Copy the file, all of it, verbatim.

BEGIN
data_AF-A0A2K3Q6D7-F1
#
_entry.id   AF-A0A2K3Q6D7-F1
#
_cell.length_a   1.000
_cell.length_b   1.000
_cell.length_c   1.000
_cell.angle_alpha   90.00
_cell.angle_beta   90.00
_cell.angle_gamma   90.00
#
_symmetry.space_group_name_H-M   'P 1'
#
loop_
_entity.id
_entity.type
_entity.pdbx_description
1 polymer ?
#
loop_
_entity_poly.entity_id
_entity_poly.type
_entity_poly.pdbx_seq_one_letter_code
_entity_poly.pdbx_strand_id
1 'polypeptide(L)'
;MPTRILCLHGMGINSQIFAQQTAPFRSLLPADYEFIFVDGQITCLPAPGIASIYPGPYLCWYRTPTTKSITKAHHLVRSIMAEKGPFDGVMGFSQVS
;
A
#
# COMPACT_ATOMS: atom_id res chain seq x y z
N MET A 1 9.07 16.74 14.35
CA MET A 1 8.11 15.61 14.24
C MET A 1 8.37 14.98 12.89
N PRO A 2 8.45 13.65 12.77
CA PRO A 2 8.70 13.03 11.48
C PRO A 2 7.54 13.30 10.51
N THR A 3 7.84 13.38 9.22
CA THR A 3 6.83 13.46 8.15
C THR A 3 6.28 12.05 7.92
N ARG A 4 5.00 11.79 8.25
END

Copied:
data_AF-A0A2K3Q6D7-F1
#
_entry.id   AF-A0A2K3Q6D7-F1
#
_cell.length_a   1.000
_cell.length_b   1.000
_cell.length_c   1.000
_cell.angle_alpha   90.00
_cell.angle_beta   90.00
_cell.angle_gamma   90.00
#
_symmetry.space_group_name_H-M   'P 1'
#
loop_
_entity.id
_entity.type
_entity.pdbx_description
1 polymer ?
#
loop_
_entity_poly.entity_id
_entity_poly.type
_entity_poly.pdbx_seq_one_letter_code
_entity_poly.pdbx_strand_id
1 'polypeptide(L)'
;MPTRILCLHGMGINSQIFAQQTAPFRSLLPADYEFIFVDGQITCLPAPGIASIYPGPYLCWYRTPTTKSITKAHHLVRSIMAEKGPFDGVMGFSQVS
;
A
#
# COMPACT_ATOMS: atom_id res chain seq x y z
N MET A 1 9.07 16.74 14.35
CA MET A 1 8.11 15.61 14.24
C MET A 1 8.37 14.98 12.89
N PRO A 2 8.45 13.65 12.77
CA PRO A 2 8.70 13.03 11.48
C PRO A 2 7.54 13.30 10.51
N THR A 3 7.84 13.38 9.22
CA THR A 3 6.83 13.46 8.15
C THR A 3 6.28 12.05 7.92
N ARG A 4 5.00 11.79 8.25